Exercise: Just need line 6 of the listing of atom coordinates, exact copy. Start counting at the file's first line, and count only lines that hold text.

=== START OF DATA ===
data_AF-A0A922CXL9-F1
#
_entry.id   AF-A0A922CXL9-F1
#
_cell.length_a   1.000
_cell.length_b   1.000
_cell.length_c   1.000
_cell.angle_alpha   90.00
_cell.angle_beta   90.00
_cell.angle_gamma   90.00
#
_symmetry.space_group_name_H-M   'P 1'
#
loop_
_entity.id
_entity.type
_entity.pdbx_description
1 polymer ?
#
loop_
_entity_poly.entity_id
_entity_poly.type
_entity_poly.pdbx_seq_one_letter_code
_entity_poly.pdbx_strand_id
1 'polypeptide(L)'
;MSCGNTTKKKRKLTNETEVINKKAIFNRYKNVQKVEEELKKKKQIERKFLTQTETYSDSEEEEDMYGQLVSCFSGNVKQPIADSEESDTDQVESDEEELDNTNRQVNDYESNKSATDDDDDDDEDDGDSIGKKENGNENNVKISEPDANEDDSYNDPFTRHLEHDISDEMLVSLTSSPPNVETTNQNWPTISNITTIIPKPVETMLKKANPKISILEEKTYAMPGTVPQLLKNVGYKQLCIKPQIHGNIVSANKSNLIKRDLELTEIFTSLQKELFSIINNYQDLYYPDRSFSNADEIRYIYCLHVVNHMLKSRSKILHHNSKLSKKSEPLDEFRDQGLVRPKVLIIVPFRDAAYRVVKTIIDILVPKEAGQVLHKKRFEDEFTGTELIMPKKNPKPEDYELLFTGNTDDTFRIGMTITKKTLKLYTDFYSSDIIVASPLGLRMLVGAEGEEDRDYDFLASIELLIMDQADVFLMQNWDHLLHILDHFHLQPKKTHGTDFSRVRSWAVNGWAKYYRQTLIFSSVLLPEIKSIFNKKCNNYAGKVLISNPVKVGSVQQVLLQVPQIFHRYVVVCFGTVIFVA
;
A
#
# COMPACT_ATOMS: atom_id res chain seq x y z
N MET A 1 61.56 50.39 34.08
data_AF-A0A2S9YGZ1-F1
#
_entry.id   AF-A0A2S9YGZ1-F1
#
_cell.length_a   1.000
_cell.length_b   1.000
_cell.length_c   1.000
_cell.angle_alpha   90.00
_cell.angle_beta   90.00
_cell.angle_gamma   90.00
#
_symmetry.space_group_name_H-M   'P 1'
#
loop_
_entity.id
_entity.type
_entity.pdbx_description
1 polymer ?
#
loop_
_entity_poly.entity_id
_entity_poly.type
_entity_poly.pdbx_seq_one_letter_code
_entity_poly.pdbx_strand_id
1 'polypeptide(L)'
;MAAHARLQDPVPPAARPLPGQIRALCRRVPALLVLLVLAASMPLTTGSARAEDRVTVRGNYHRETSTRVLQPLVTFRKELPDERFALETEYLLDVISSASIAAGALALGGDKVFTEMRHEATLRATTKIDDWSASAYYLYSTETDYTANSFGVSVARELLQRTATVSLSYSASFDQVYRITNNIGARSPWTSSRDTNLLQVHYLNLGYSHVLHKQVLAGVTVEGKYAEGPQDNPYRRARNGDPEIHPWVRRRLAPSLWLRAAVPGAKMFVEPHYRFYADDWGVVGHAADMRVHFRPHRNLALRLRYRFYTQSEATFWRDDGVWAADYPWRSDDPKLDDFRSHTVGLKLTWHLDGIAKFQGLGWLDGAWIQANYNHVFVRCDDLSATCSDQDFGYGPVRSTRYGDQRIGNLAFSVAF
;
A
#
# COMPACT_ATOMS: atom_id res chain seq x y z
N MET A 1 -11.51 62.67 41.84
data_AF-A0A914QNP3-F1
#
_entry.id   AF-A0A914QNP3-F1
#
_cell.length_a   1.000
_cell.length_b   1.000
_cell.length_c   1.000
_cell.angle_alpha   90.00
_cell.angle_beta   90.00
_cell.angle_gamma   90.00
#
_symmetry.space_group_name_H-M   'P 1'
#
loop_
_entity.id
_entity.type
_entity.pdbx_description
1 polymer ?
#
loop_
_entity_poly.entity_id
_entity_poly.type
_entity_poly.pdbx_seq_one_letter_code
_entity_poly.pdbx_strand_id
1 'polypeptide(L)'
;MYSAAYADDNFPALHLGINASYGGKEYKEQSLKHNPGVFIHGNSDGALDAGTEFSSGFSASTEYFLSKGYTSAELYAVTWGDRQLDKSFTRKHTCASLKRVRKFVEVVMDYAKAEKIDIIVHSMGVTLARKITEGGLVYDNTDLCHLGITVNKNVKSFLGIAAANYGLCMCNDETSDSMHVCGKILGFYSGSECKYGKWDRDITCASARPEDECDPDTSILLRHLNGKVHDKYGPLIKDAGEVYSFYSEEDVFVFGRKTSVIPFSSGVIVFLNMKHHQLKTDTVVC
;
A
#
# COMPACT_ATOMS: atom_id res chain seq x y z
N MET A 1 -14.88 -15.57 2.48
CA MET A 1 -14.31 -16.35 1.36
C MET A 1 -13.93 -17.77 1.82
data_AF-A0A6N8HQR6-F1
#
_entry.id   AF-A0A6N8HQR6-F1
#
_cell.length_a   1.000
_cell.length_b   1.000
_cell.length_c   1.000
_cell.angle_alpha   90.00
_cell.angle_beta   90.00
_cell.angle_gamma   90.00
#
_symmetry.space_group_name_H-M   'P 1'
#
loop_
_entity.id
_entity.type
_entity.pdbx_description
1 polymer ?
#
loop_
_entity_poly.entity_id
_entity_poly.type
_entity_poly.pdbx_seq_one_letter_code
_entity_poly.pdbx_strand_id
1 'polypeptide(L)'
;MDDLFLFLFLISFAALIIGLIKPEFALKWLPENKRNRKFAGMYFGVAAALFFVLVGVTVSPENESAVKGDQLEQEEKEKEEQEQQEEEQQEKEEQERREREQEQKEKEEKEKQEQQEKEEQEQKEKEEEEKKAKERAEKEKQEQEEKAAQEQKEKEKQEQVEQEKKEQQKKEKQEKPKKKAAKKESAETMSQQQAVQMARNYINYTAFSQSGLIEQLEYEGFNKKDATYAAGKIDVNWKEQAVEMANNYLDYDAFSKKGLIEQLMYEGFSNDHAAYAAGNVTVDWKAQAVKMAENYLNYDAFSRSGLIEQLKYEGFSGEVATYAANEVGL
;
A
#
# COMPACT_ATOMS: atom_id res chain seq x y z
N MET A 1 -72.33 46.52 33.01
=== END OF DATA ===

_cell.length_b   1.000